Ursula's Cambridge Garden

Professional gardener and plantswoman writing from my small urban garden in a great city


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Evergreens so welcome in January…

January is often a bleak month – but this is when the power of evergreen plants is so heartwarming – in my own garden my bamboo, Yukka, Euphorbia characias, Coronilla, Clematis armandii, box spheres and my Phormium are all giving plenty of evergreen to power through the cold and grey of the New Year weather.  This is the view from my sitting room window taken through the glass on a bright day last week.

And here are great evergreen box sentinals at a client’s garden…

And of course the evergreen of houseplants always lifts the spirits in winter.


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Finished border – and the last work of 2017 complete

The border I started planting last week is finished today – over 100 plants in a shady, north-facing border, including massed Box spheres, Hydrangeas, Sarcoccoca ‘Dragon’s Gate’, Viburnum tinus, evergreen Ferns, Euphorbia amygdaloides var. robbiae, Hellebores, Pachysandra, Pulmonaria, Brunnera and Epimedium.  Next year we will be adding white and blue English bluebells and snowdrops.   There are many excellent groundcover plants included in this list of perennials, so the long border will fill out nicely next year.

I’m pleased with progress since Easter – when my Client began the Great Work of breaking up the old planting/landscaping in stylish fashion…

Roll on 2018 !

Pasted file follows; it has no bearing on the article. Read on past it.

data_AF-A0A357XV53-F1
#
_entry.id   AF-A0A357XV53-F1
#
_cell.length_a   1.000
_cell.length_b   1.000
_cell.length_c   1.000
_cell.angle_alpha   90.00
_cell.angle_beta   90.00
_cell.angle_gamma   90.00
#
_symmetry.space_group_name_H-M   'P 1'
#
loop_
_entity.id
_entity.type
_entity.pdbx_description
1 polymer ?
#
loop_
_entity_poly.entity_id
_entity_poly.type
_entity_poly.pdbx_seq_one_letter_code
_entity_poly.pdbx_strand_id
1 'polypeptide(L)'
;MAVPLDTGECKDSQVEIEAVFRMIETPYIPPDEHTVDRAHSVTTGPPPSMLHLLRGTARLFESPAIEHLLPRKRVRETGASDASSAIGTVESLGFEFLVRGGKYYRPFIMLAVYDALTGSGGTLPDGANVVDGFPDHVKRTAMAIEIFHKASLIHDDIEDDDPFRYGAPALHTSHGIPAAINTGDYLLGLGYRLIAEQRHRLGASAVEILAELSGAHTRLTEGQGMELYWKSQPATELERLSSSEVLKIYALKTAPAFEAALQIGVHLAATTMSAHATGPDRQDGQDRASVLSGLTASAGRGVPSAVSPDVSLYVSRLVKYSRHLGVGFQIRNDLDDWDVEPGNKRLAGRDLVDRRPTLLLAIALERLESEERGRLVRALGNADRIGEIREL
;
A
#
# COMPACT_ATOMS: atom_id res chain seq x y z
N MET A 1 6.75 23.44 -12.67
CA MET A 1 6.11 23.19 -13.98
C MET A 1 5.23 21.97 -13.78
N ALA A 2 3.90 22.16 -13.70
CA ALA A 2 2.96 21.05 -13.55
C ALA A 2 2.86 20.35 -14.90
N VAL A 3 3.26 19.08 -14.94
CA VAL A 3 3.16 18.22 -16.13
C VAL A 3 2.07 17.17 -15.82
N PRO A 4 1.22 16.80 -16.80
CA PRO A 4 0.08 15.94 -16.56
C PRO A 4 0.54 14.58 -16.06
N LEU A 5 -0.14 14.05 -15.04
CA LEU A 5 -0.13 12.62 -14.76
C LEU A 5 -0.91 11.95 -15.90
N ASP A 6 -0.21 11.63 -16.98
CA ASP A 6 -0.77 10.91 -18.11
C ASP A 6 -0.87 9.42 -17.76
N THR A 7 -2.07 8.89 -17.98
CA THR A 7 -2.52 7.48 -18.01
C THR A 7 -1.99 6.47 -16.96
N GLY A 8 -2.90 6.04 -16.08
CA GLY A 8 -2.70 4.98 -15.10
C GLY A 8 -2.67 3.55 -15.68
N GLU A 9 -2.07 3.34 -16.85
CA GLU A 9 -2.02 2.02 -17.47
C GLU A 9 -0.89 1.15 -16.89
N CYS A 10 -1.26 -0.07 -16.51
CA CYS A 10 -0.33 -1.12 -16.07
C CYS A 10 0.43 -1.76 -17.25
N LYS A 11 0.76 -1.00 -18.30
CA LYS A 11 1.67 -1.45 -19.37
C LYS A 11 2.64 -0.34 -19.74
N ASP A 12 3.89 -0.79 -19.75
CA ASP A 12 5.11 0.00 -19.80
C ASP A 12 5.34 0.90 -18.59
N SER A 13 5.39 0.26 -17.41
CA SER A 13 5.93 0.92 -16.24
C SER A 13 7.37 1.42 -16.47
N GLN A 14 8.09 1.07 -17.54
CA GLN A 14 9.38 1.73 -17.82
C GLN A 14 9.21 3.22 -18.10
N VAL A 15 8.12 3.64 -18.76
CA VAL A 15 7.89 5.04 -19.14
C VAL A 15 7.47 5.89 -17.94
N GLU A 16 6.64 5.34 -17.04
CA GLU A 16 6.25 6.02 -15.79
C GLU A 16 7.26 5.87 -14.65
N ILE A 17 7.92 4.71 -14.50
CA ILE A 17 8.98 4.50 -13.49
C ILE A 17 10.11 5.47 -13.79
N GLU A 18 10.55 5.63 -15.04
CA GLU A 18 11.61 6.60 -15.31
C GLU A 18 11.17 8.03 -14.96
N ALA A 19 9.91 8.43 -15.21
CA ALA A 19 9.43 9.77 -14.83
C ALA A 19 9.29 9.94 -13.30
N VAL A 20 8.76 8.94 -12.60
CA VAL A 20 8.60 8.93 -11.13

A very happy Christmas to everyone, and looking foward to a great gardening 2018 ahead.


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Planting a native mixed hedge

Today I have been planting a native mixed hedge on the last day of November.  It consists of Blackthorn (Prunus Spinosa), Hazel (Corylus avellana), Hawthorn (Crataegus monogyra), Beech (Fagus sylvatica) and Hornbeam (Carpinus betulus).  In addition to this basic native mix I have also added Rosa rugosa, Guelder rose (Viburnum opulus), Dog rose (Rosa canina) and Dogwood (Cornus sanguinea) to add some flowering pops of colour in summer – and, as you can see from the photo above, some brilliant red from the Dogwood in the winter, to harmonise with the caramel tones of the dried winter leaves of the Beech and Hornbeam.

This is the hedging set out for planting in the pre-prepared trench, in temperatures close to freezing this morning (there was even a few specks of snow falling at one point)….

And this is the final planting – all finished and ready to become an asset to my client’s front garden.